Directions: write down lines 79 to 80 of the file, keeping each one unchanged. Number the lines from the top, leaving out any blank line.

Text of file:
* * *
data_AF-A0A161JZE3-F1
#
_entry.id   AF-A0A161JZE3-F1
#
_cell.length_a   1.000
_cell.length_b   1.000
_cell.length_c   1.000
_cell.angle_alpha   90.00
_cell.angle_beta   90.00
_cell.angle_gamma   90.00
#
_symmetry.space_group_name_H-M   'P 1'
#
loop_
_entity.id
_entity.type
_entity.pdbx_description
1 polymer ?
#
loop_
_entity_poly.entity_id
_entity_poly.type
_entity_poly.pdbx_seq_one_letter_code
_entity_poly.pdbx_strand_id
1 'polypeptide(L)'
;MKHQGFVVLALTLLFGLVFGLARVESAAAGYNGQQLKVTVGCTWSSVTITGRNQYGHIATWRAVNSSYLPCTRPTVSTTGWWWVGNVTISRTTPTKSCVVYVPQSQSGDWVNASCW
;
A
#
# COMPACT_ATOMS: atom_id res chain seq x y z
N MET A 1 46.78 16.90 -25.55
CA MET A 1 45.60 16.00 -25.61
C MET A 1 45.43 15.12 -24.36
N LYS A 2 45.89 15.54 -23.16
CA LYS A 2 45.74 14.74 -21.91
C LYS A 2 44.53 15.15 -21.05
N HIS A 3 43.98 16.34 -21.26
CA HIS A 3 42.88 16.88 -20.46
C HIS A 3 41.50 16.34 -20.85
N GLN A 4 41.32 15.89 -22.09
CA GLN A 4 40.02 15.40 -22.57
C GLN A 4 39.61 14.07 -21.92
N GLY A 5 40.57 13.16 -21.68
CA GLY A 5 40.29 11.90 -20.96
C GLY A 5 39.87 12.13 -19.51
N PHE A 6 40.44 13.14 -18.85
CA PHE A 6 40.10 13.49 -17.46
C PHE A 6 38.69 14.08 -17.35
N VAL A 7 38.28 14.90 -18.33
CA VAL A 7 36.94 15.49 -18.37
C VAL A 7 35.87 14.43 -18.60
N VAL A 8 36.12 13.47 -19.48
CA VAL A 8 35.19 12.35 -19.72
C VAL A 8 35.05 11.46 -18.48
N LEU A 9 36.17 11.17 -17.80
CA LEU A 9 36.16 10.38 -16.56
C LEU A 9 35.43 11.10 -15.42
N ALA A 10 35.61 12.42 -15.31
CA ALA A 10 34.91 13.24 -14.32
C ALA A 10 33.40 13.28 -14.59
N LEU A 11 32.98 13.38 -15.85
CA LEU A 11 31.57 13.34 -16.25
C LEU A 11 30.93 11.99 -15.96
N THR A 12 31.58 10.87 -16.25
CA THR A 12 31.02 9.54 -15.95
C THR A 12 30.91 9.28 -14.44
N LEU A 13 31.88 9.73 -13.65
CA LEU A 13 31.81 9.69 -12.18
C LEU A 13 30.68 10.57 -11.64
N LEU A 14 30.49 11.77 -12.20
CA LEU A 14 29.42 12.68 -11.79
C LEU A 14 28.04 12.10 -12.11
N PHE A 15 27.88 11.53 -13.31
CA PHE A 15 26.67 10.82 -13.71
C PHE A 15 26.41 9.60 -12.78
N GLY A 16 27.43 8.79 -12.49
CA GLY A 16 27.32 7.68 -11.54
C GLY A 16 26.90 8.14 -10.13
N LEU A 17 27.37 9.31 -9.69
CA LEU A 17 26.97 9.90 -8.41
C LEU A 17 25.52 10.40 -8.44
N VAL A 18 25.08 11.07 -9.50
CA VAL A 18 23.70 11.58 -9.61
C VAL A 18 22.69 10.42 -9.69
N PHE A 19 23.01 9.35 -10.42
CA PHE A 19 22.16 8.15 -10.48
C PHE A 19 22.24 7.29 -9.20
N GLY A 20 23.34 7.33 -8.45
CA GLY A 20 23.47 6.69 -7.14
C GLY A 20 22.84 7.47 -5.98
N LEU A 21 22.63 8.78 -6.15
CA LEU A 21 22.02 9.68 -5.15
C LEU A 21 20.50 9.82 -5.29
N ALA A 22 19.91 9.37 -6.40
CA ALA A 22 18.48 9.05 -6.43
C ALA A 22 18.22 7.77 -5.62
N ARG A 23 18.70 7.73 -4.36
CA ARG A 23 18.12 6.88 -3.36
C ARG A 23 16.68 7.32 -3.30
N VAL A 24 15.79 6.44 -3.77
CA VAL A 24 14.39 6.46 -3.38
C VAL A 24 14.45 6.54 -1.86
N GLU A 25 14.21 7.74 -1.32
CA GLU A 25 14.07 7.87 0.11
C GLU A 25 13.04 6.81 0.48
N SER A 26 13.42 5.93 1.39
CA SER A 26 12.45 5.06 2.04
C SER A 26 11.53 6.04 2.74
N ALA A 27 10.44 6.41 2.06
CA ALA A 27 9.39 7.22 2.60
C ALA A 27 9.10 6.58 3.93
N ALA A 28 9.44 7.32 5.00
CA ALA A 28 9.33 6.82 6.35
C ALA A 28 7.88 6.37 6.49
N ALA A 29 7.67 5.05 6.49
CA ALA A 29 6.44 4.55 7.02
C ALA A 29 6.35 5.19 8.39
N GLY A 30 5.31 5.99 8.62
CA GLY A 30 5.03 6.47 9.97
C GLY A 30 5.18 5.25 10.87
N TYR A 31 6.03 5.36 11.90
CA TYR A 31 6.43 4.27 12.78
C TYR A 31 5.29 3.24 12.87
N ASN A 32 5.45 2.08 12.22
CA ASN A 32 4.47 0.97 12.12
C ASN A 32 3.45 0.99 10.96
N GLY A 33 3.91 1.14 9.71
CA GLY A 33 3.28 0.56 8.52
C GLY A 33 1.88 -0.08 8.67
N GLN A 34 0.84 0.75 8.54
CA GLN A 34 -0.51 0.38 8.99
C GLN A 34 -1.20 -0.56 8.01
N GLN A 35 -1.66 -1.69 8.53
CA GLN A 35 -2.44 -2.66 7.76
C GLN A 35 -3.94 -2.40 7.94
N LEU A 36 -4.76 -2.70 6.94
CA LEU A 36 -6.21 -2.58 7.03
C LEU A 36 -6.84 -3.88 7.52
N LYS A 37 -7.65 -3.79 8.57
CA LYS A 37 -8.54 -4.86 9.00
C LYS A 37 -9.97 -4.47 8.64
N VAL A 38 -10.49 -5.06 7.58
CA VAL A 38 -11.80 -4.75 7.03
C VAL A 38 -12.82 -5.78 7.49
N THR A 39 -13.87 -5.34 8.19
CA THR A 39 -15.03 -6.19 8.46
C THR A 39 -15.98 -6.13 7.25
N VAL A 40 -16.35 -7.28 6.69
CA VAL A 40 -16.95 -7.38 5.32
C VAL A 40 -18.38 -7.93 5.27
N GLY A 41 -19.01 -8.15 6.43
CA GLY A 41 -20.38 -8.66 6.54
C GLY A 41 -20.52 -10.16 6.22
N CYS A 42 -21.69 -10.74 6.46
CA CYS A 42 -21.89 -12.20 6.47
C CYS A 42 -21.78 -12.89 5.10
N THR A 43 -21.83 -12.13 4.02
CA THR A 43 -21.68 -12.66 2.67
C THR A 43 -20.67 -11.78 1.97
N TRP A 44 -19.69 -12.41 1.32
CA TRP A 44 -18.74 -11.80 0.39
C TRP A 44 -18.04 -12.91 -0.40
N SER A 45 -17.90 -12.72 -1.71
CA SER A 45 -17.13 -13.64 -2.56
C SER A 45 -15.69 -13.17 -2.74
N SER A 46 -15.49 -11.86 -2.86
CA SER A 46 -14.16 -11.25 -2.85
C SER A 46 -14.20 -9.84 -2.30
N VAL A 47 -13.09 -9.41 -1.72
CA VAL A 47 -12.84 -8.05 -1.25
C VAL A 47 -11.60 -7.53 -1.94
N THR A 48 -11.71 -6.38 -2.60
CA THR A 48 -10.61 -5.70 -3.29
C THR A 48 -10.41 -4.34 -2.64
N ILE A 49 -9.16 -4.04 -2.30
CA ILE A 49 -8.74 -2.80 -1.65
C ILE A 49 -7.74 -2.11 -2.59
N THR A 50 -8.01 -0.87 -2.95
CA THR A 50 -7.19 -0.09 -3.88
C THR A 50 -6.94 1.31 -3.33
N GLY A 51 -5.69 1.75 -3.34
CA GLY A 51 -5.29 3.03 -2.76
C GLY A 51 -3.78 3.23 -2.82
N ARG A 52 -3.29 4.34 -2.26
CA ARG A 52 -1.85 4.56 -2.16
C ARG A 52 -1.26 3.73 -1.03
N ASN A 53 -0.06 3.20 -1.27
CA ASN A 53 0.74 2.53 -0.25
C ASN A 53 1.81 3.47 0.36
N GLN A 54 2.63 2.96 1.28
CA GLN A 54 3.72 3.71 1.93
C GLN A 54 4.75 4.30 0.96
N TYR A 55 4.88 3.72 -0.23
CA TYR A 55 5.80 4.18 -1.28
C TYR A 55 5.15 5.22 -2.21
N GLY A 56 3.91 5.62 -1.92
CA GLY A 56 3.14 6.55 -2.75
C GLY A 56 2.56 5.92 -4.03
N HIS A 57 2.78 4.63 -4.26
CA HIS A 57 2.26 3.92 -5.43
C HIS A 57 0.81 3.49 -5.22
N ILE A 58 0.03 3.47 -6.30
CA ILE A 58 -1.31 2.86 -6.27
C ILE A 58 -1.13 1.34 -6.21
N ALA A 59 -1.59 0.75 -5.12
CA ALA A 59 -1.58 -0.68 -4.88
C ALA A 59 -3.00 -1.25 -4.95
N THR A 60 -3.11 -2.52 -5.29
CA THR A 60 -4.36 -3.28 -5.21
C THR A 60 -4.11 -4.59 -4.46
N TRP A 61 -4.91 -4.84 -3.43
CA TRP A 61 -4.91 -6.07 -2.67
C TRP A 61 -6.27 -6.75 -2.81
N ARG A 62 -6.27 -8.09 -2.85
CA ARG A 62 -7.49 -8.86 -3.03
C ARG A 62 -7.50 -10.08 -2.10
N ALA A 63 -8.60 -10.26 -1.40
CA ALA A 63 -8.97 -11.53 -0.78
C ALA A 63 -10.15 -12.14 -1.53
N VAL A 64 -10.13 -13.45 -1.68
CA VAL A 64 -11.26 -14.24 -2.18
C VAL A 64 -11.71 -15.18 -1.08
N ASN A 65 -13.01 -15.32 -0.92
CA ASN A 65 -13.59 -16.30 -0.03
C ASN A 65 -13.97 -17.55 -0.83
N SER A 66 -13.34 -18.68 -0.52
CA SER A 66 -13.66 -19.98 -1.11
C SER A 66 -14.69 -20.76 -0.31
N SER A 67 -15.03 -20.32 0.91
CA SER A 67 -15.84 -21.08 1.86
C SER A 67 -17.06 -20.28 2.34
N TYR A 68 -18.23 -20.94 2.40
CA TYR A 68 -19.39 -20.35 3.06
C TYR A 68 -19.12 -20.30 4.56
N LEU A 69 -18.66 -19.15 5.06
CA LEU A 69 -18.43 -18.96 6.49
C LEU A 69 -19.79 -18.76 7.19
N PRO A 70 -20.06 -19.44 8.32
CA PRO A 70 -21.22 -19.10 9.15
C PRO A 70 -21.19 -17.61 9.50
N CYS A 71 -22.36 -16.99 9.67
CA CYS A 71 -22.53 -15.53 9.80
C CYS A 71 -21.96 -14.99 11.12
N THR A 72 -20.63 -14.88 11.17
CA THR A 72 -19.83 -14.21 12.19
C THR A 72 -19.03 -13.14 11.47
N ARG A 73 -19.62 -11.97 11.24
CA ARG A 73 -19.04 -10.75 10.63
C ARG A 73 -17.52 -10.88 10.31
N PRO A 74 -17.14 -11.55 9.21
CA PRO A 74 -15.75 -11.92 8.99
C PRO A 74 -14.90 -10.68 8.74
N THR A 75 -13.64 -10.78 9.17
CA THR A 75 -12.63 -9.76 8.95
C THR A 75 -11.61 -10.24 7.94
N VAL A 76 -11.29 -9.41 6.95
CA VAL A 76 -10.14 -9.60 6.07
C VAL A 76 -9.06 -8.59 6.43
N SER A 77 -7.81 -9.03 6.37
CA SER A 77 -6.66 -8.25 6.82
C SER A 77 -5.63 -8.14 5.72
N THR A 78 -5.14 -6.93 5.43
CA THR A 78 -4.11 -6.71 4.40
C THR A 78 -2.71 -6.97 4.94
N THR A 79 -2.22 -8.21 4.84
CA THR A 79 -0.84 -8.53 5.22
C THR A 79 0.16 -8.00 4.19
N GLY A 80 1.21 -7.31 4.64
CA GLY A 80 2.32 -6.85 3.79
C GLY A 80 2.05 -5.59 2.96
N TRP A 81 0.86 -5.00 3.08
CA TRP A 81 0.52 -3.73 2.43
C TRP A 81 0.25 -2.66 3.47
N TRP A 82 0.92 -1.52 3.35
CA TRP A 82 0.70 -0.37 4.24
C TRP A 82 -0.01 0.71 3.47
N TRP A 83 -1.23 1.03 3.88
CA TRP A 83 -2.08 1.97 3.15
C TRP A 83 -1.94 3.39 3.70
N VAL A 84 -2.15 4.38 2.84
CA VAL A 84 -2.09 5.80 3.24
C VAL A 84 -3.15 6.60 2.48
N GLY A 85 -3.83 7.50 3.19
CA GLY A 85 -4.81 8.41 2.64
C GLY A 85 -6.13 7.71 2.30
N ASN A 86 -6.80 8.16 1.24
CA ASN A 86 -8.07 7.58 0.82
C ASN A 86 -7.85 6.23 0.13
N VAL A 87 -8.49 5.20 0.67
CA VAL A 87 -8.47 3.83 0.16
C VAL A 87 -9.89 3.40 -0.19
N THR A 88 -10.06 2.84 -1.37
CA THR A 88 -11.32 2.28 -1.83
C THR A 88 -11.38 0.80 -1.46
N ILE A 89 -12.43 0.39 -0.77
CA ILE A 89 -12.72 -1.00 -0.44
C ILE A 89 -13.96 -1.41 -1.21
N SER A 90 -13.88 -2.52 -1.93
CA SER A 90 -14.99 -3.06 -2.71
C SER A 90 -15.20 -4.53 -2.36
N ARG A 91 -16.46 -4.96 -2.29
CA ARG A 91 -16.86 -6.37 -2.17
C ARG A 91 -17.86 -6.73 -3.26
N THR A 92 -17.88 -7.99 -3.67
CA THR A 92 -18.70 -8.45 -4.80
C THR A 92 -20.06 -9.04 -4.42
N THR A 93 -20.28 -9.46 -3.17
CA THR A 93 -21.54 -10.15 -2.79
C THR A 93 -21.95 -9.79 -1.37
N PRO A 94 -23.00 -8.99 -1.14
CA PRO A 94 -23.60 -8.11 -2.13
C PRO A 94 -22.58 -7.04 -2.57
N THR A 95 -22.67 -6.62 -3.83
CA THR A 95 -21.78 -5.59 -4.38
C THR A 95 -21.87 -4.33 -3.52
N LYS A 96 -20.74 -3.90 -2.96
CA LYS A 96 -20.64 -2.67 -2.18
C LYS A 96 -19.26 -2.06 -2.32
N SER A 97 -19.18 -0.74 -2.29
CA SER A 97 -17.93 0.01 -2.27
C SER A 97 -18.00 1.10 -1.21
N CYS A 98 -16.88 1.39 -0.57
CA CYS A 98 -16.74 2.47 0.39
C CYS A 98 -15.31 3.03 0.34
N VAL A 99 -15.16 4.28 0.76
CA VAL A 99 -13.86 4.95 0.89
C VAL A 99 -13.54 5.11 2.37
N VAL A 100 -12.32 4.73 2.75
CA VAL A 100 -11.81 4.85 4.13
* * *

N LEU A 17 27.37 9.31 -9.69
CA LEU A 17 26.97 9.90 -8.41